Not only the aesthetic similarity with the last-but-one generation of Apple computers but also the fact that design here is defined by a cosmetic camouflage of its weaknesses means that these show cars resemble ‘future visions' - at least superficially. The peculiarities of the Z.E. panel truck are perpetuated in the inconsistency of the Twizy C.E. concept. The small compact car may run on narrow tires but their fairings simulate broad wheel rims rather than looking for a design solution as would be fitting for a new vehicle type. All the same, at Renault they even have green pencils. And indeed, the electric socket is the new idol of the auto industry, while the fetish is CO2 emission.
Design as hybrid
The Peugeot BB1 is the best example for demonstrating how hybrid (in other words, indecisive) and at a loss auto design is at present. It may admittedly come as a surprise that it would not have been possible to distinguish back from front if not for the red rear lights. However, the fact that the Bébé car has swapped the kiddy design for the likeness of a Pekinese and the back-hinged doors are probably a hindrance in the city only go to show that here the love of deconstructionism simply gives the impression that some of the parts must surely have been incorrectly assembled. This is also a typical attempt to cover up the current uncertainty in design - at worst quite literally.
Let us remain silent about the design in lilac shades as practiced by Citroën with the Révolte (!) - what a slap in the face for the 2CV's brilliant simplicity in every detail - or the youthful self-celebration in which the Mini with a flattened coupé plus baseball cap worn back to front. Once again a case of marketing and a target-group focus take priority to the design. And Mercedes? Well, what is presented (over and above the SLS AMG) in the guise of E-Cell and E-Cell Plus, may albeit be closer to mass production than many others at the IAA. However, here again, drenched in highly elaborate golden bronze and fishy green, the problem is tackled in a purely technical manner with the design merely jazzing things up and given the car a futuristic look.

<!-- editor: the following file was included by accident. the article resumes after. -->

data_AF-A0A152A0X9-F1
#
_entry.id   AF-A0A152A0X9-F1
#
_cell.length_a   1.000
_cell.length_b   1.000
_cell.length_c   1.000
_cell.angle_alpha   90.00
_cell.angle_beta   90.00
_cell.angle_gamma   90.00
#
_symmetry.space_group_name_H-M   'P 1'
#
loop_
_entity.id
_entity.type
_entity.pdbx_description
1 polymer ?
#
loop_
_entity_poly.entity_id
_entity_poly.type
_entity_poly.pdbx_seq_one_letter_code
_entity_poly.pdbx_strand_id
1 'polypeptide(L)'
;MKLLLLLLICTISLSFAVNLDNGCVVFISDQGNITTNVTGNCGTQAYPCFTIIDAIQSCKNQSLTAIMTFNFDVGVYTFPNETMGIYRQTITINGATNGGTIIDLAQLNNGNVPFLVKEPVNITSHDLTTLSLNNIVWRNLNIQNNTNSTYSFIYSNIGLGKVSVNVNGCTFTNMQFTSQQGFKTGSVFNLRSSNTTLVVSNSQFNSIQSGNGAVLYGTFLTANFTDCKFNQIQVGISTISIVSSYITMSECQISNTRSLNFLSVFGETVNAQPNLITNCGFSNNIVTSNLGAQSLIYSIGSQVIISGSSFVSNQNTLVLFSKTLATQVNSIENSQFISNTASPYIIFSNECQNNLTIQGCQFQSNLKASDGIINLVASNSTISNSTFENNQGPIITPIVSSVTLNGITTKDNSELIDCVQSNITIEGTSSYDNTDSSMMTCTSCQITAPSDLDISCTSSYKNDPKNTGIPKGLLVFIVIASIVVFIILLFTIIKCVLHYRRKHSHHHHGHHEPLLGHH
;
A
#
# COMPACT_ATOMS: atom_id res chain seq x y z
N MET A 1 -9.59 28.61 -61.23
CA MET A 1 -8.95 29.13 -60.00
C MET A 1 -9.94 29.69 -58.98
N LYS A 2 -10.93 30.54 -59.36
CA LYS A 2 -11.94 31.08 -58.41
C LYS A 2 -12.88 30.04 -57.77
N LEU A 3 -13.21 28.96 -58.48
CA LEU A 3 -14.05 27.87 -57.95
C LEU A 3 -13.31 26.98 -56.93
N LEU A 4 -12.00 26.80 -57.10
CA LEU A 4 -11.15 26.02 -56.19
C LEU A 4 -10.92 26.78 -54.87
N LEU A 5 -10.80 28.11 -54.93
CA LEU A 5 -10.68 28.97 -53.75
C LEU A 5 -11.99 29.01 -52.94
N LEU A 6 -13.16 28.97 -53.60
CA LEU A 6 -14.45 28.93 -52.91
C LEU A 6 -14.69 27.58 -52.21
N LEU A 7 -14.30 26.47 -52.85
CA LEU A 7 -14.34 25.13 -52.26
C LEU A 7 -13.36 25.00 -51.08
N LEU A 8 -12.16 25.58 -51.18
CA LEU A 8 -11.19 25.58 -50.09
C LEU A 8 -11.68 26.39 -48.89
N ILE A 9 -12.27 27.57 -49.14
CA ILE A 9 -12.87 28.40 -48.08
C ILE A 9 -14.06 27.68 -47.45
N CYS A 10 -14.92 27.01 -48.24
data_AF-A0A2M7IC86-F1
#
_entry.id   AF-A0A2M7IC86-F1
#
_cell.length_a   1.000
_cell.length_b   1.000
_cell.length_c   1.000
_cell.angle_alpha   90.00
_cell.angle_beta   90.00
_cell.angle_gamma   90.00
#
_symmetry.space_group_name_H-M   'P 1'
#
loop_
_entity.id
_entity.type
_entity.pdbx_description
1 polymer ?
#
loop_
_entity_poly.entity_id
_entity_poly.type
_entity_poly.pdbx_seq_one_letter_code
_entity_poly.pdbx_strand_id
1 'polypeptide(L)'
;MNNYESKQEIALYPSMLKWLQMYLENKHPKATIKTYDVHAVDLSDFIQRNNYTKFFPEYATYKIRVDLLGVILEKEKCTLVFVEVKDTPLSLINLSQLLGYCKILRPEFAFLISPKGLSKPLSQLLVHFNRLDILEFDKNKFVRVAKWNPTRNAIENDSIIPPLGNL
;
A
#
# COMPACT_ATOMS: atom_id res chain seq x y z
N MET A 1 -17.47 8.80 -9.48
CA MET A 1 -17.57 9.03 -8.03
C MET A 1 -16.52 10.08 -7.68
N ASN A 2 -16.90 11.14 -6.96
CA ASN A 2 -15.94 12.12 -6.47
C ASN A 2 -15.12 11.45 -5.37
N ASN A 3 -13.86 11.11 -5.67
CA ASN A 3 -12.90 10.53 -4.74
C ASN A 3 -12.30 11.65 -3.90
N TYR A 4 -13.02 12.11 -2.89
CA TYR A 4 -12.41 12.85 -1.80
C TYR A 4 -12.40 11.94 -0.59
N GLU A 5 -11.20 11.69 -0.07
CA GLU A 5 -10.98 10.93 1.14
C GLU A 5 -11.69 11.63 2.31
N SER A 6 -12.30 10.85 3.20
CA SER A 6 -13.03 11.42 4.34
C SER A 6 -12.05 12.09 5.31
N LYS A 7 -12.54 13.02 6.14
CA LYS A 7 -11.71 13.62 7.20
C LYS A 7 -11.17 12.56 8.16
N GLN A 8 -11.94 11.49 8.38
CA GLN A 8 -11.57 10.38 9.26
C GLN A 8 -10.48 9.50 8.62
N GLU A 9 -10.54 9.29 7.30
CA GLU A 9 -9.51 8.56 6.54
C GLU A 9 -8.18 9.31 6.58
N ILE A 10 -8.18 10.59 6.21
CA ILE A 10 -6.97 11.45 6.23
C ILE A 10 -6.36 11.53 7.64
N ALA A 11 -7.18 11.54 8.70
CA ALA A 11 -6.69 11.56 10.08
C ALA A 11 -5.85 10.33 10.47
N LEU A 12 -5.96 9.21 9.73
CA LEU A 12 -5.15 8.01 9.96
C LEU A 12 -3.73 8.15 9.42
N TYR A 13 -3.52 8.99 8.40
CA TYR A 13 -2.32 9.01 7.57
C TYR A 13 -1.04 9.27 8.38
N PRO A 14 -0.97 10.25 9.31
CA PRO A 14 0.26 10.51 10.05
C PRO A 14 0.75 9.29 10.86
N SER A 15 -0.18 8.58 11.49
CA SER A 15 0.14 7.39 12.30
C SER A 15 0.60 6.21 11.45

Design with a future?
In the end, the VW E-Up offers the only truly pioneering design. Which is strange, as even though the small car boasts the one or other successful detail aesthetically speaking it is nothing other than a warmed-up version of the Lupo with somewhat modest muscles and an affable, childish bumper grin. But amongst the new, small electric cars it is the only example of clear, consistent design and one can assume that it will continue to win customers in a few years time. On the whole, there are simply too many lozenges, whose muscles were pumped up in a body-building studio -or merely pimped. And just too much styling. Which if you look at details such as door trim, lamps, baggage space covers and the like - ultimately means there is a spreading of the non-designed.
The ugly is what is genuine
What a genuine, raw vehicle looks like where the design comes across as elemental is demonstrated by the Hartung Sparta Nature, a three-seater mid-engine off-road sportscar with a central driver position and air suspension system, and which looks as if it were hand-made using a chisel and file from an aluminum block. With a torque of up to 1,500 Newton meters, the 6.6 liter V8 turbo diesel is not only strong as an ox but can even be run in a surprisingly eco-friendly manner on jatropha oil or algae-derived biofuel. For those who might find such a monster too expensive, too powerful and above all too spartan, they can nip around town on an electric scooter such as Tante Paula. So you see, anyone who strives to make everything look like a virtual future, which comes from the past, could very soon be overtaken by the future and exiled to the past.